Connie Lim, who writes and records as MILCK, makes music for anyone who feels out of place in the world. Hers are songs of empowerment and cathartic healing for the displaced and brokenhearted. It's a kind of thesis or mission statement MILCK first declared on her anthemic hit, "Quiet," the song that blew up after she performed it with a group of a cappella singers at last year's Women's March in Washington, D.C. "It's about helping people who have felt silenced reclaim their power," she says.

In the year since releasing "Quiet," MILCK has signed with Atlantic Records and just released her debut EP, This Is Not The End. On this edition of All Songs Considered she talks about the new music, her struggle to make it as a musician while preserving her Chinese American identity, how courage and truth can lead to widespread healing and much more.

You can hear the full interview with the listen link at the top of the page and read edited highlights below.


MILCK on how her song 'Quiet' went viral following her performance on the National Mall and how some people misinterpreted it

"It was just an inundation of calls and e-mails [after the Women's March] and [the media] wanted to know the background of this song. At that time, everyone wanted to see if this was an anti-Trump song, like why did I write this as an anti-Trump song? And I was faced with my first fork in the road because this had never happened to me, this type of attention. I know that what's juicy and what people wanted is to talk about that anti-Trump factor, but that's not where the song came from. This is about something, in my perspective, a little bigger. It's about reclaiming my power and helping people who have felt silenced reclaim their power regardless of party lines. I wrote [it] from a place of not feeling safe in my home. I think what's interesting is that when the song went viral a lot of us, as Americans, didn't feel safe in our own country, in our own home. I think that was part of the reason why this song connected with people."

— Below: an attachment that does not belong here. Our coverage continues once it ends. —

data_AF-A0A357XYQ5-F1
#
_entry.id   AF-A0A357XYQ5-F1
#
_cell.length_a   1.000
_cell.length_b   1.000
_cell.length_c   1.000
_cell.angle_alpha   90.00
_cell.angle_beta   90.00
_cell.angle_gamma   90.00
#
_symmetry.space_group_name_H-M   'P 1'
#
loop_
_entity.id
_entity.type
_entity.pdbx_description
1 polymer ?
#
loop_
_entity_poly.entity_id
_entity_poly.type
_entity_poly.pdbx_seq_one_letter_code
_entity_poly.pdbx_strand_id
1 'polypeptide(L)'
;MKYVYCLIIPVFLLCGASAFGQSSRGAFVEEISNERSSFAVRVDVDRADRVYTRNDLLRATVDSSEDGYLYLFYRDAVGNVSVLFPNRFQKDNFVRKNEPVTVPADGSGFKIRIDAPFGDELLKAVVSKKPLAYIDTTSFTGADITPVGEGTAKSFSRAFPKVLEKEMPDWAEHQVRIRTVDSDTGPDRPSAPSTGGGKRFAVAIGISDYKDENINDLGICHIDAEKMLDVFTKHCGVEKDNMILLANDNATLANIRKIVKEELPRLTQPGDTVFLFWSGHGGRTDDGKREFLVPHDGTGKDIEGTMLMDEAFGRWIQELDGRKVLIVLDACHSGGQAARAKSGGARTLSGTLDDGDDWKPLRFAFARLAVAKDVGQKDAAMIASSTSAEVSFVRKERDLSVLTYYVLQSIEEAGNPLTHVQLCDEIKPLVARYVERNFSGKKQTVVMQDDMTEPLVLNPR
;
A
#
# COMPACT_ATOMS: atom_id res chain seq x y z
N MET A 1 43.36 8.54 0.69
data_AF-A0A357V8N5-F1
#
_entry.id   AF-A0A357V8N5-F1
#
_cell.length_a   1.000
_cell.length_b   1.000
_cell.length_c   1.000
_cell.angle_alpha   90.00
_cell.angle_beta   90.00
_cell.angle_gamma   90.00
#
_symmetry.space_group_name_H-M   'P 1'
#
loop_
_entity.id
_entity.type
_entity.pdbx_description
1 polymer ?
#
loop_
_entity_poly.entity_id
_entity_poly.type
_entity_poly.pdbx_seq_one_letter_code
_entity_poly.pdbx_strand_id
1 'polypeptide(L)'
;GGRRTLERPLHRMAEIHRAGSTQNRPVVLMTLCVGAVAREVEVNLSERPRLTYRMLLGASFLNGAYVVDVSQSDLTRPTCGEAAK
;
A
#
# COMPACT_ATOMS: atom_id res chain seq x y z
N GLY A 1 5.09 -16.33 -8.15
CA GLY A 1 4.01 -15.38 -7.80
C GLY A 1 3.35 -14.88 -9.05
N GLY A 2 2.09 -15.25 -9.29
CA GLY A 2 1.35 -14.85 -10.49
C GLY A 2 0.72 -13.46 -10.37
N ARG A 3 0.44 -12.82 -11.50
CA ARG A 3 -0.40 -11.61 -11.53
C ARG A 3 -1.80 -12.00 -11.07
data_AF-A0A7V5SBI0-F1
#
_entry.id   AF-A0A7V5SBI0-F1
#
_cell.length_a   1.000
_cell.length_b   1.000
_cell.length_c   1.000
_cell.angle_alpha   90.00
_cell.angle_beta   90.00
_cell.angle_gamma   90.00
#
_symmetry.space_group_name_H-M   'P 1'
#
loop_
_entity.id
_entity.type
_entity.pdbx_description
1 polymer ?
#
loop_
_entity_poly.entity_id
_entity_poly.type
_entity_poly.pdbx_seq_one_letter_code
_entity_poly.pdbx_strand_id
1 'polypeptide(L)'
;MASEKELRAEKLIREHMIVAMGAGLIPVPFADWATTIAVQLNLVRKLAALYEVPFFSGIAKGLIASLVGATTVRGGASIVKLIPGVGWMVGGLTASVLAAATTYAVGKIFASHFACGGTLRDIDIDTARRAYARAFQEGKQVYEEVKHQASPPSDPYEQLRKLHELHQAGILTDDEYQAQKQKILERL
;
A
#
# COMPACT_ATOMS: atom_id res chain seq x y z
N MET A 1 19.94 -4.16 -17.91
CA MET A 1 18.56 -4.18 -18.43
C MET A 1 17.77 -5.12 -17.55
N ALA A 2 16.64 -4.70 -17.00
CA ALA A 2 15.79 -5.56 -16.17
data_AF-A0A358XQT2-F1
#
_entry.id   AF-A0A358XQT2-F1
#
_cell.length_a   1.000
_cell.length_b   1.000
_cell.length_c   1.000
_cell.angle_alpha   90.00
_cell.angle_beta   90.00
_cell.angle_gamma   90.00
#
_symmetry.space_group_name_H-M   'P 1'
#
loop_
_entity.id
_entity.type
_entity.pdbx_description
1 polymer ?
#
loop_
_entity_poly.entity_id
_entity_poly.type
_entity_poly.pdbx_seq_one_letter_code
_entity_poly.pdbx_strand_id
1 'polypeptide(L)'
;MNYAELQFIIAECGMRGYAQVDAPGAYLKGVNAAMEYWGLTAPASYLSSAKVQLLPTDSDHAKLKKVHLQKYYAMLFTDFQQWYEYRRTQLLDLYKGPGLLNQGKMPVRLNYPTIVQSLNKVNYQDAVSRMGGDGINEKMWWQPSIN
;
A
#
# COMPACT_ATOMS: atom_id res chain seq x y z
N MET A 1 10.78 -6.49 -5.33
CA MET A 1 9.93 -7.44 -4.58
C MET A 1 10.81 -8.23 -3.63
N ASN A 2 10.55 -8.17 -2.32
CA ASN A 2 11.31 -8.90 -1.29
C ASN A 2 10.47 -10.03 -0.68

On her struggle to make it as a musician and preserve her identity as a Chinese American with immigrant parents

"I've been an independent artist for eight years. And I remember around year five or six, there was a person interested in managing me and he was kind of scratching his head. He's like, 'Well I don't know how to break a Chinese American artist here. Maybe you should go back to China.' And I kind of panicked because I don't view China as my home. I view America as my home. I've been presented that strategy many times, especially when I was first coming up. But I've just been really stubborn about wanting to do my art here. And so, I've just been following my instincts and trying to stay as grounded as possible."

On what she was most inspired to write about for the new EP

"I remember walking into a writing session shortly after 'Quiet' went viral and it was like, 'let's write some movement songs!' And I froze up. I immediately felt really uncomfortable. I was like, I don't think I can do that. I think I just need to continue writing really honest songs. So, the thing that I started writing about a lot actually was my family and my dad and my mom and my sister and these people who have had these really important roles in my life. I started really reflecting on them in a different way because I finally felt like maybe I can do this, truly do this as a living and have a good life and have an audience to speak to. My dynamic with my father has changed so much. He really didn't want me to do music. He was very upset that I left UC Berkeley and decided to go off on this path. Growing up as an American kid with traditional Chinese parents there's so much unspoken tension. And I was the black sheep in the family [but now] I've actually found a home for myself. For so long I felt like I didn't know where my home was. And actually, there's a whole other family out there and it's a global family because when 'Quiet' went viral, I started getting a bunch of messages from men and women and they were calling me 'sister.' They're like, 'thank you, sister.' And I would reply, 'thank you, brother. Thank you, sister.' It was worldwide."

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